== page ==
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Saturday 24 October 2015

Meet Julius; a wine with an impeccable pedigree

Meet Julius Henschke. He was a stone mason, sculptor, an accomplished artist, band member and a wizard on the euphonium.

He was also an ancestor of the Henschke winemaking family, who make some of Australia's finest wines from organic and biodynamically-farmed fruit grown in vineyards in the Eden Valley and Adelaide Hills. 

Think names like Hill of Grace, Cyril Henschke and Mount Edelstone.  

The benchmark Henschke Julius Eden Valley Riesling is named in his honour and his photo takes pride of place in the new Henschke private tasting room at Keyneton.

The Henschke family has been making fine rieslings for over 150 years - and for the past 20 years they have been bottled under screw cap. 

Stephen Henschke, a perfectionist in all that he does, detests cork and uses either stelvin or Vin-O-Lok closures for all his wines. 

"Winemakers want their customers to enjoy their wines the way they design them to be; they don't want the characters changed by faulty cork," he says. 

"Under cork you lose control and are at the mercy of a God-awful closure. It can turn wines in to awful beasts. 

"In Australia we have seen the benefits of the switch to screw caps first hand; once you've emerged from the dark side into the light you will never want to go back."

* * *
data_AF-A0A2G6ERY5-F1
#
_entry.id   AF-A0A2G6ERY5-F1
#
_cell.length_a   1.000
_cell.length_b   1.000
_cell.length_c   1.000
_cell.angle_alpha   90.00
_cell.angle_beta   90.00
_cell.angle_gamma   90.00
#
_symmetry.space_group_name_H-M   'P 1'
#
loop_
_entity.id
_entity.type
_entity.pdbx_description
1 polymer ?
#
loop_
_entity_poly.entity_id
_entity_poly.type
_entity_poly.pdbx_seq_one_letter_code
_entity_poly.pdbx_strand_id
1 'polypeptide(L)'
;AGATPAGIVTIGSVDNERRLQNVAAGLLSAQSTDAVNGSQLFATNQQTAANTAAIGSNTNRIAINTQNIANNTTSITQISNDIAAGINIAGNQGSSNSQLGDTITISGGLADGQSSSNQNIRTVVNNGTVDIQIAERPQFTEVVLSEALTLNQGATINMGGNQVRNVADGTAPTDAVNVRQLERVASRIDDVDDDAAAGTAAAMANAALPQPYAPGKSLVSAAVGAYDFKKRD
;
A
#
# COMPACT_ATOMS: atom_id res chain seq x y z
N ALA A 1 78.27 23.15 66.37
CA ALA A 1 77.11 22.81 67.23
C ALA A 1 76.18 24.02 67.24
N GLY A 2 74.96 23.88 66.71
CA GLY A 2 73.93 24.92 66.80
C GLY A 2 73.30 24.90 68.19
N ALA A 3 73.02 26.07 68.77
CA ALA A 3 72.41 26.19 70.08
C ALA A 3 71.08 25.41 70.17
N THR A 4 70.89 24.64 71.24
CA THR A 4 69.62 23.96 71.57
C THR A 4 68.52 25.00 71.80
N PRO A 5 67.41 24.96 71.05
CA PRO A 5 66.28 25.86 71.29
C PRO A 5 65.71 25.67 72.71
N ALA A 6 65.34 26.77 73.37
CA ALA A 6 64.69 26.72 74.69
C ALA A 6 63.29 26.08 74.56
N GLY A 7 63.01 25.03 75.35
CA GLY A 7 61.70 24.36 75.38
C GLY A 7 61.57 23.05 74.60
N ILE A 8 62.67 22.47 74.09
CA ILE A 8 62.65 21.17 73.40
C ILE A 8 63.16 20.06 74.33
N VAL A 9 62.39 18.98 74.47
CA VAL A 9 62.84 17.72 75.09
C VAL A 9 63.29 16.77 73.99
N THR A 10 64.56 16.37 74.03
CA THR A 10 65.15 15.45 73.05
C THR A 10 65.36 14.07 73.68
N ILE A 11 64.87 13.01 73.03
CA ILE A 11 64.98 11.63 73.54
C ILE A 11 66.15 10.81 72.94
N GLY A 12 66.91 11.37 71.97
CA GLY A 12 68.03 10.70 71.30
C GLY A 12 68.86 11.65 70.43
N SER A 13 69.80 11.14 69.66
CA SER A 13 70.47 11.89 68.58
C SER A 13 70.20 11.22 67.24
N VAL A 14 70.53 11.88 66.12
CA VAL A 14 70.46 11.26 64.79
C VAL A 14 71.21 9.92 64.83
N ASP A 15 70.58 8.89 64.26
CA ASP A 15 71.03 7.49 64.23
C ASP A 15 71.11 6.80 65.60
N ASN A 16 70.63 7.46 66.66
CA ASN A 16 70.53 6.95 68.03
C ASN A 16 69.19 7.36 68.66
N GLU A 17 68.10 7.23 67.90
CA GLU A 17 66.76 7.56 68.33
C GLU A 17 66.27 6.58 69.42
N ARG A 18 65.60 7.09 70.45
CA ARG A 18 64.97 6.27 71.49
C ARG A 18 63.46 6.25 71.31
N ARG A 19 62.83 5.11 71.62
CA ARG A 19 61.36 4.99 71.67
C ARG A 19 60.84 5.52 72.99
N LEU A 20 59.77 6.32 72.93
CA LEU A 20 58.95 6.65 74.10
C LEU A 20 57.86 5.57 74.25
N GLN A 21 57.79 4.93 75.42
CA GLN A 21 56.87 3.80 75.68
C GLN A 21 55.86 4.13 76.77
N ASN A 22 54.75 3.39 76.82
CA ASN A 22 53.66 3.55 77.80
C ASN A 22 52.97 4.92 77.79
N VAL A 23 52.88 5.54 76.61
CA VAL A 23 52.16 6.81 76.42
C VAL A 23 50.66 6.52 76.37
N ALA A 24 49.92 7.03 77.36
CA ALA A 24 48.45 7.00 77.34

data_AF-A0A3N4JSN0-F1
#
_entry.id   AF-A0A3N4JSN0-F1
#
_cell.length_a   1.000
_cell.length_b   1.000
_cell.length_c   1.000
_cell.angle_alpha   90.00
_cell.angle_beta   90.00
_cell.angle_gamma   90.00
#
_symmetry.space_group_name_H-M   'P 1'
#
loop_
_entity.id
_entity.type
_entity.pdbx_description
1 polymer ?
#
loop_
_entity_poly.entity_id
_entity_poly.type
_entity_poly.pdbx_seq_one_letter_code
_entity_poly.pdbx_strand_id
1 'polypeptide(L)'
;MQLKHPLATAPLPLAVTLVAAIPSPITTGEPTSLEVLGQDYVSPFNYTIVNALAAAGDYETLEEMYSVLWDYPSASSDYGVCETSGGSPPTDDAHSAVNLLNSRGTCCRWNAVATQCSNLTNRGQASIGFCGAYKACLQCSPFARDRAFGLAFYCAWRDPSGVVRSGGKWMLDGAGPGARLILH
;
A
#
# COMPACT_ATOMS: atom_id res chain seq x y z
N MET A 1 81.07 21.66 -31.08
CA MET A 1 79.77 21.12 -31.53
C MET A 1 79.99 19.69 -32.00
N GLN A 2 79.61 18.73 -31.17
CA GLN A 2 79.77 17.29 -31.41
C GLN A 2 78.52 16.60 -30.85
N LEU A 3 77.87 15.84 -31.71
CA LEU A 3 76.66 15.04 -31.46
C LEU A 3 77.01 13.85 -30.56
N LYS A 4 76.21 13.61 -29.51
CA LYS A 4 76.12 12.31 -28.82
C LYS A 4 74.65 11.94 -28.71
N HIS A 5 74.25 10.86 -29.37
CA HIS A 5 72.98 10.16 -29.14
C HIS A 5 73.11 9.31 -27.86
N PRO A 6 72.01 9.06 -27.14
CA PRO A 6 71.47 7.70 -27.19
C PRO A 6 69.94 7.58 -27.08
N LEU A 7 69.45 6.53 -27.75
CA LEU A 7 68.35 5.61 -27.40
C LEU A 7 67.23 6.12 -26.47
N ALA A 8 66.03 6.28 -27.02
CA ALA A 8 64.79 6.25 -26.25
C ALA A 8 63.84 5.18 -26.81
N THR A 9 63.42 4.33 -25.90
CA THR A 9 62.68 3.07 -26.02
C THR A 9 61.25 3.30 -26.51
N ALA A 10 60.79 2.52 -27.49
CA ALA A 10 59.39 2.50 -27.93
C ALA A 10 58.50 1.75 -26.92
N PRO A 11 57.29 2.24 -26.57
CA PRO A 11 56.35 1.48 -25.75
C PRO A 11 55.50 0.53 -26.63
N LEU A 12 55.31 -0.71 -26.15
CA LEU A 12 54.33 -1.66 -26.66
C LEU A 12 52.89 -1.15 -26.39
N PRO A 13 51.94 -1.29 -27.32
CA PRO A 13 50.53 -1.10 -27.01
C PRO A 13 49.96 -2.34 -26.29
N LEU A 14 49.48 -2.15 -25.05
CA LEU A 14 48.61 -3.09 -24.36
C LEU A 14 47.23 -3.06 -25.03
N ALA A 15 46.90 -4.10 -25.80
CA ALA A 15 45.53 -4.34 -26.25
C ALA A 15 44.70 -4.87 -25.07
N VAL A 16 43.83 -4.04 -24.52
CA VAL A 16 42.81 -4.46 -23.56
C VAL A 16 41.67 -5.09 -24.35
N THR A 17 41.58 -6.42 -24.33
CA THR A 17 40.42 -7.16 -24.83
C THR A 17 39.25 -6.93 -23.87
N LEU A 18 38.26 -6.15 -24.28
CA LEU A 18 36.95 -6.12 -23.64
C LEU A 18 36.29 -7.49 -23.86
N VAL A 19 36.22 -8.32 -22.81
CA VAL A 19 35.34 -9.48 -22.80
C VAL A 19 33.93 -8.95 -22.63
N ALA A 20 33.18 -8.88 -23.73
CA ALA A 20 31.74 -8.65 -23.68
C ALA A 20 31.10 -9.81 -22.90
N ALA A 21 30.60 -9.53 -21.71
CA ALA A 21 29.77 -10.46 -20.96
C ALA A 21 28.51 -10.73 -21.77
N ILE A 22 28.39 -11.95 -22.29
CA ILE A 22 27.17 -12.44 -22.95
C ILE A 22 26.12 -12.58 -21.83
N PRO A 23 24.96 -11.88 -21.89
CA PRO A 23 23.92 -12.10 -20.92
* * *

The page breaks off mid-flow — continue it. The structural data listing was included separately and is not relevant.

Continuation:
The Henschkes proved their point this week with a museum tasting of Julius rieslings from 1996-2015 - believing they are the only winery in Australia able to show off 20 consecutive vintages under screw cap; the last 15 under Stelvin.

I was fortunate enough to be among the handful of wine writers invited to attend. 

Even given vintage variations there was not one disappointing wine in the lineup (excluding, perhaps, the still sluggish 2011 from a difficult vintage). 

Among my favourites were the still hugely impressive 1996, the elegant 2001, graceful 2003, delicate and floral 2006, and the brisk, tangy 2010. 

The new-release 2015 (which retails for $40) is, thanks to biodynamics, perhaps, but certainly due to improved vineyard management and better closures, a model of floral freshness. 

An enticing aromatic pot-pourri nose leads on lemon, lime and tangerine notes on the palate, fresh herbs and bright, focused minerality with crisp, refreshing acidity. History tells us it will cellar for two decades or more.

More importantly it is delicious. But you really wouldn't expect anything else from the Henschke family. 


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